Among 39 881 patients with stroke who received MV during the index hospitalization and survived to discharge, 10 690 (26.8%; 95% CI, 26.4–27.2) received a tracheostomy. Baseline and demographic characteristics are available in Table I in the online-only Data Supplement. Among the 29 191 patients who did not receive a tracheostomy during the index hospitalization, the cumulative rate during follow-up of tracheostomy placement at a subsequent readmission was 0.7% (95% CI, 0.6–0.8).
During a mean follow-up period of 3.4 (±2.0) years, the overall incidence rate of readmissions was 4.25 (95% CI, 4.22–4.28) per 100 patients per 30 days. This rate was somewhat higher among those who underwent tracheostomy (4.70; 95% CI, 4.64–4.77) than those without tracheostomy (4.08; 95% CI, 4.05–4.12). The rate of any readmission within 30 days was 26.9% among patients with tracheostomy compared with 22.5% among those without a tracheostomy (absolute risk difference, 4.4%; 95% CI, 3.5–5.4; P<0.001).
After adjustment for potentially confounding variables, such as stroke type, demographic characteristics, vascular risk factors, and Elixhauser comorbidities (Methods in the online-only Data Supplement), tracheostomy was associated with a slightly increased readmission rate throughout follow-up (incidence rate ratio, 1.07; 95% CI, 1.02–1.11). This association was somewhat stronger in a sensitivity analysis limited to the follow-up period during which patients were known with certainty to be alive (incidence rate ratio, 1.17; 95% CI, 1.13–1.21).
The most common primary diagnoses at the time of readmission were sepsis (12.7%), pneumonia (4.6%), congestive heart failure (4.1%), and device-related complication (4.0%).
We found that approximately one quarter of patients with stroke who received MV were readmitted within 30 days of discharge. After adjusting for demographic characteristics, vascular comorbidities, and markers of stroke severity, we found a slight association between tracheostomy and the risk of readmission. This held true in sensitivity analyses accounting for the possibility of unrecorded out-of-hospital deaths.
In this study of patients with severe enough stroke to require MV, readmissions occurred frequently because of sepsis, various infections, and complications directly related to tracheostomy itself. Although we expected a clinically significant increase in readmission with tracheostomy, the rate of any readmission at 30 days was similar to that of Medicare beneficiaries hospitalized for medical illnesses, such as pneumonia,4 and the readmission rate reported in a study of general intensive care unit patients.5 Our findings are in contrast to the conventional wisdom, which holds that placing a tracheostomy after stroke consigns patients to a high rate of subsequent readmissions.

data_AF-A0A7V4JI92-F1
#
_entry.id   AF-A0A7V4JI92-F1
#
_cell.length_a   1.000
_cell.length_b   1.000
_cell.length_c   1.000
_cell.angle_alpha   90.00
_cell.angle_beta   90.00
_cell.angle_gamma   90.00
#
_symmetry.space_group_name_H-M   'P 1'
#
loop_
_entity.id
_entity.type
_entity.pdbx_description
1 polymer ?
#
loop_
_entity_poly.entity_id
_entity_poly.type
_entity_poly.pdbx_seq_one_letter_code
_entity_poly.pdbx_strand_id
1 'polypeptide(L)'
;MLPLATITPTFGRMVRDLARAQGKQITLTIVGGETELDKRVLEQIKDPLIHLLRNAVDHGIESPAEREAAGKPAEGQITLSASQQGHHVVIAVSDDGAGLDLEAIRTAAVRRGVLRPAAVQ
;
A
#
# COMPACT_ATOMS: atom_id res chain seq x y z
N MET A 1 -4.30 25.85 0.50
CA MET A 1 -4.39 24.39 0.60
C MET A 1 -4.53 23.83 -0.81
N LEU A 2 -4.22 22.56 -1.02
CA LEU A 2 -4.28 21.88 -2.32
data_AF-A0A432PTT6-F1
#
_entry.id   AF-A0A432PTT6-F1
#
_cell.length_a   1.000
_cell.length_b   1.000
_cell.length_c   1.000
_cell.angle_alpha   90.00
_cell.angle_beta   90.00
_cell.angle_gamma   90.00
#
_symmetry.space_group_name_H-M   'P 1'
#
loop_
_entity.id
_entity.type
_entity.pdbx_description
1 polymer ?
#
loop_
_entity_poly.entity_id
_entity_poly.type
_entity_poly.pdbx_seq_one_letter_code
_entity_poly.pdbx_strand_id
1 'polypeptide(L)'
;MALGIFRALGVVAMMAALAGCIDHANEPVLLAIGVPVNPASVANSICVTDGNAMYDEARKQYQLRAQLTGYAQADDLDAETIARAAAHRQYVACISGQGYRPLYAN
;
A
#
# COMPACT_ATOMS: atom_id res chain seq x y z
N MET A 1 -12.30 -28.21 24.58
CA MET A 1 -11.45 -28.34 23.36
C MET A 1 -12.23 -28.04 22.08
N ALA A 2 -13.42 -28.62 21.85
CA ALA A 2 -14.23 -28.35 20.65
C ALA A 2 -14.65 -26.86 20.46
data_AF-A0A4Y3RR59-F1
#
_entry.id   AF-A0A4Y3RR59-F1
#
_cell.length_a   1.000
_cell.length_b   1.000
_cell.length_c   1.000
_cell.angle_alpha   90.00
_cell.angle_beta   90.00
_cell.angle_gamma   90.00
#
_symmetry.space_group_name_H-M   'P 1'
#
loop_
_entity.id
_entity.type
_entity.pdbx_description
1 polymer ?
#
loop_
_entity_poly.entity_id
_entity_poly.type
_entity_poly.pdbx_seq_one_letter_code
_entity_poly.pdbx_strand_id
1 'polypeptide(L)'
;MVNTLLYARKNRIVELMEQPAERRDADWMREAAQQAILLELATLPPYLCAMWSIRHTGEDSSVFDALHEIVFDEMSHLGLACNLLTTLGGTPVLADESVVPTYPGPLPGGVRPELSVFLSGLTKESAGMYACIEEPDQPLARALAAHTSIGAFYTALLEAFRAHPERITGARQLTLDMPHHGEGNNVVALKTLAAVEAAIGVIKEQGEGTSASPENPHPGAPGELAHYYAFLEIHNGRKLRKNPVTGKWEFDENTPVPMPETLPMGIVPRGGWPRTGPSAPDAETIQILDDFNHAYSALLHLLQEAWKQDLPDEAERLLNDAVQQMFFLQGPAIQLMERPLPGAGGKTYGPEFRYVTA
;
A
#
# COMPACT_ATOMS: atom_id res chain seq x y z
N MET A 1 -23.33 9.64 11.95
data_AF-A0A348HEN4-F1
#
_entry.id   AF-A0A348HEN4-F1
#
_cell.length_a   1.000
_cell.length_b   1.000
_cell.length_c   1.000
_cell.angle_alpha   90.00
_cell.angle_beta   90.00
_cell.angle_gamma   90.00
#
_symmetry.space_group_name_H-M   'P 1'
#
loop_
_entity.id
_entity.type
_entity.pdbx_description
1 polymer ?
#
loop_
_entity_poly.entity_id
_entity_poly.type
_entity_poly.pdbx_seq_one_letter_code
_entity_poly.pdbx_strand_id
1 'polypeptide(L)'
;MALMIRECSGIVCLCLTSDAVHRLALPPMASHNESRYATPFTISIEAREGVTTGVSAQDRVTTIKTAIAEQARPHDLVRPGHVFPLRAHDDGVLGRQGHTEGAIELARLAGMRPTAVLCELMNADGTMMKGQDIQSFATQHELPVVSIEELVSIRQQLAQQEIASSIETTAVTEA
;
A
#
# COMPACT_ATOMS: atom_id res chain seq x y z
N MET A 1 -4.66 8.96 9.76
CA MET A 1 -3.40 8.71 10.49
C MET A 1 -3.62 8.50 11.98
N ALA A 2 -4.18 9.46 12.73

Our study has important limitations that should be considered. First, we did not have data on deaths occurring outside of the hospital setting. However, this would not have affected the rate of any readmission within 30 days, which were performed in keeping with the methods of other studies.4 Furthermore, our results were not substantially changed in sensitivity analyses. Second, because we relied on administrative data, we did not have detailed clinical information on important factors—such as stroke severity, size, location, and mechanism—that may have affected both the decision to perform a tracheostomy and readmission rates. Third, we did not have data on federal hospitals although these account for a small minority of hospitals in the states that we studied.
In summary, we found that readmission rates in patients with stroke after tracheostomy are similar to rates in Medicare beneficiaries hospitalized with major medical diseases such as pneumonia. Additional studies are indicated to explore reasons for the continued high mortality among patients with stroke after MV, as well as to elucidate strategies to optimize cost–effectiveness and outcomes after tracheostomy placement in these patients.
Sources of Funding
This study was supported by grant K23NS082367 (Kamel) from the National Institutes of Neurological Disorders and Stroke, as well as a grant (Kamel) from the Michael Goldberg Stroke Research Fund.
No funding agency had a role in the design and conduct of the study, collection and analysis of data, the writing of the manuscript, or the decision to publish the study.
The online-only Data Supplement is available with this article at http://stroke.ahajournals.org/lookup/suppl/doi:10.1161/STROKEAHA.115.010441/-/DC1.
- Received June 15, 2015.
- Revision received June 15, 2015.
- Accepted July 15, 2015.
- © 2015 American Heart Association, Inc.